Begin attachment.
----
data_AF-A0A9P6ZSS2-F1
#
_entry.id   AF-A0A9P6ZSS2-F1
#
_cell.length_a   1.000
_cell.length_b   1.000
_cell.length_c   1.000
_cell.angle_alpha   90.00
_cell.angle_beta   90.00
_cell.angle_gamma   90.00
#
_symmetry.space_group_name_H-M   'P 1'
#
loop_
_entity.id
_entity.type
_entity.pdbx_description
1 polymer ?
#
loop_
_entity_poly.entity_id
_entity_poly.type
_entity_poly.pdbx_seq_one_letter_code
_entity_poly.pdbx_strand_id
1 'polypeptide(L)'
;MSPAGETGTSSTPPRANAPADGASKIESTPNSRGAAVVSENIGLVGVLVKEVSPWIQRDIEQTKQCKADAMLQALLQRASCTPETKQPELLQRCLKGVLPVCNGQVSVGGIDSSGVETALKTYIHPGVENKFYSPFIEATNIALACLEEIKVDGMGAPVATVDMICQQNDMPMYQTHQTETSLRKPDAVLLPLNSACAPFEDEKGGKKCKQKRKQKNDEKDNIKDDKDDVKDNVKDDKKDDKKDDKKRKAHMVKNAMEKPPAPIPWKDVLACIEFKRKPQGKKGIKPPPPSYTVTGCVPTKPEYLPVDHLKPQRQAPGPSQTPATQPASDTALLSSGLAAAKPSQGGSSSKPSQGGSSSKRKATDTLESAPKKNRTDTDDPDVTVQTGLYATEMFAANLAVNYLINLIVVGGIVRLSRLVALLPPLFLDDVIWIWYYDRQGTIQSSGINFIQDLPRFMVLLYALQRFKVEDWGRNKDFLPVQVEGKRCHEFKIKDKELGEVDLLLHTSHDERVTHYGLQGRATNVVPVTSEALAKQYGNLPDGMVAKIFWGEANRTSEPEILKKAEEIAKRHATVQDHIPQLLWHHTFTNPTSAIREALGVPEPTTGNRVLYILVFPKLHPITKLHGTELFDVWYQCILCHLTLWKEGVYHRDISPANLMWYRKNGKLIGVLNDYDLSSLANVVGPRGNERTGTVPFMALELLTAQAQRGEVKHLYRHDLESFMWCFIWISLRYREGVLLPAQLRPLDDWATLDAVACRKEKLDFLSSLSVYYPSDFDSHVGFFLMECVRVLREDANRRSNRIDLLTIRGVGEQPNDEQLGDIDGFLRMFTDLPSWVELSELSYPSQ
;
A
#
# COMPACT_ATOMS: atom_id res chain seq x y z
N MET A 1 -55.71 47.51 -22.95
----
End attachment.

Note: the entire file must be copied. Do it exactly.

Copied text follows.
data_AF-A0A9P6ZSS2-F1
#
_entry.id   AF-A0A9P6ZSS2-F1
#
_cell.length_a   1.000
_cell.length_b   1.000
_cell.length_c   1.000
_cell.angle_alpha   90.00
_cell.angle_beta   90.00
_cell.angle_gamma   90.00
#
_symmetry.space_group_name_H-M   'P 1'
#
loop_
_entity.id
_entity.type
_entity.pdbx_description
1 polymer ?
#
loop_
_entity_poly.entity_id
_entity_poly.type
_entity_poly.pdbx_seq_one_letter_code
_entity_poly.pdbx_strand_id
1 'polypeptide(L)'
;MSPAGETGTSSTPPRANAPADGASKIESTPNSRGAAVVSENIGLVGVLVKEVSPWIQRDIEQTKQCKADAMLQALLQRASCTPETKQPELLQRCLKGVLPVCNGQVSVGGIDSSGVETALKTYIHPGVENKFYSPFIEATNIALACLEEIKVDGMGAPVATVDMICQQNDMPMYQTHQTETSLRKPDAVLLPLNSACAPFEDEKGGKKCKQKRKQKNDEKDNIKDDKDDVKDNVKDDKKDDKKDDKKRKAHMVKNAMEKPPAPIPWKDVLACIEFKRKPQGKKGIKPPPPSYTVTGCVPTKPEYLPVDHLKPQRQAPGPSQTPATQPASDTALLSSGLAAAKPSQGGSSSKPSQGGSSSKRKATDTLESAPKKNRTDTDDPDVTVQTGLYATEMFAANLAVNYLINLIVVGGIVRLSRLVALLPPLFLDDVIWIWYYDRQGTIQSSGINFIQDLPRFMVLLYALQRFKVEDWGRNKDFLPVQVEGKRCHEFKIKDKELGEVDLLLHTSHDERVTHYGLQGRATNVVPVTSEALAKQYGNLPDGMVAKIFWGEANRTSEPEILKKAEEIAKRHATVQDHIPQLLWHHTFTNPTSAIREALGVPEPTTGNRVLYILVFPKLHPITKLHGTELFDVWYQCILCHLTLWKEGVYHRDISPANLMWYRKNGKLIGVLNDYDLSSLANVVGPRGNERTGTVPFMALELLTAQAQRGEVKHLYRHDLESFMWCFIWISLRYREGVLLPAQLRPLDDWATLDAVACRKEKLDFLSSLSVYYPSDFDSHVGFFLMECVRVLREDANRRSNRIDLLTIRGVGEQPNDEQLGDIDGFLRMFTDLPSWVELSELSYPSQ
;
A
#
# COMPACT_ATOMS: atom_id res chain seq x y z
N MET A 1 -55.71 47.51 -22.95